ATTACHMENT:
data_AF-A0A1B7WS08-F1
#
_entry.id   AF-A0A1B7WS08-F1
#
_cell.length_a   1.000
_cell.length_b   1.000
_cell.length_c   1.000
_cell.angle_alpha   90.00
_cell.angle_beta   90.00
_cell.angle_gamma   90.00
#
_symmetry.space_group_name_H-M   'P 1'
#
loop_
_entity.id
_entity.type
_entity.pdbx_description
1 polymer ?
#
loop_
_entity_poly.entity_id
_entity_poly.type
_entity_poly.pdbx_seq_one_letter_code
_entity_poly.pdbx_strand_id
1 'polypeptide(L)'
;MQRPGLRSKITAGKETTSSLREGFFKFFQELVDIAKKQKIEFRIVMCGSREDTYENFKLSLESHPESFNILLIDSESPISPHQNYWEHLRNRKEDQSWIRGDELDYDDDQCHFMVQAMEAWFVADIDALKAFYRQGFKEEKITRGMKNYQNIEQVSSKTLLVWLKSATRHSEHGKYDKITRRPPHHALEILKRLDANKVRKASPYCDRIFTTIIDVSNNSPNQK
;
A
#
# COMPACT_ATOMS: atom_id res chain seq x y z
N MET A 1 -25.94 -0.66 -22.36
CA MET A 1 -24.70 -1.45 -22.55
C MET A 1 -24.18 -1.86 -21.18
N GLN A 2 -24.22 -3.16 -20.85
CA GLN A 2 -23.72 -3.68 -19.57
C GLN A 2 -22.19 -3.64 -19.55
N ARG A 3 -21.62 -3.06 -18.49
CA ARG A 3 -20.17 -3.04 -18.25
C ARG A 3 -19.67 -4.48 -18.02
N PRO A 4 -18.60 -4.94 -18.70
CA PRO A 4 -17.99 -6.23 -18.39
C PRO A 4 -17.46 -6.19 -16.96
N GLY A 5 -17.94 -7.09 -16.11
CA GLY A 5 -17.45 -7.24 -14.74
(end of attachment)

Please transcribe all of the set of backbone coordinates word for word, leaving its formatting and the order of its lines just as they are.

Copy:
data_AF-A0A1B7WS08-F1
#
_entry.id   AF-A0A1B7WS08-F1
#
_cell.length_a   1.000
_cell.length_b   1.000
_cell.length_c   1.000
_cell.angle_alpha   90.00
_cell.angle_beta   90.00
_cell.angle_gamma   90.00
#
_symmetry.space_group_name_H-M   'P 1'
#
loop_
_entity.id
_entity.type
_entity.pdbx_description
1 polymer ?
#
loop_
_entity_poly.entity_id
_entity_poly.type
_entity_poly.pdbx_seq_one_letter_code
_entity_poly.pdbx_strand_id
1 'polypeptide(L)'
;MQRPGLRSKITAGKETTSSLREGFFKFFQELVDIAKKQKIEFRIVMCGSREDTYENFKLSLESHPESFNILLIDSESPISPHQNYWEHLRNRKEDQSWIRGDELDYDDDQCHFMVQAMEAWFVADIDALKAFYRQGFKEEKITRGMKNYQNIEQVSSKTLLVWLKSATRHSEHGKYDKITRRPPHHALEILKRLDANKVRKASPYCDRIFTTIIDVSNNSPNQK
;
A
#
# COMPACT_ATOMS: atom_id res chain seq x y z
N MET A 1 -25.94 -0.66 -22.36
CA MET A 1 -24.70 -1.45 -22.55
C MET A 1 -24.18 -1.86 -21.18
N GLN A 2 -24.22 -3.16 -20.85
CA GLN A 2 -23.72 -3.68 -19.57
C GLN A 2 -22.19 -3.64 -19.55
N ARG A 3 -21.62 -3.06 -18.49
CA ARG A 3 -20.17 -3.04 -18.25
C ARG A 3 -19.67 -4.48 -18.02
N PRO A 4 -18.60 -4.94 -18.70
CA PRO A 4 -17.99 -6.23 -18.39
C PRO A 4 -17.46 -6.19 -16.96
N GLY A 5 -17.94 -7.09 -16.11
CA GLY A 5 -17.45 -7.24 -14.74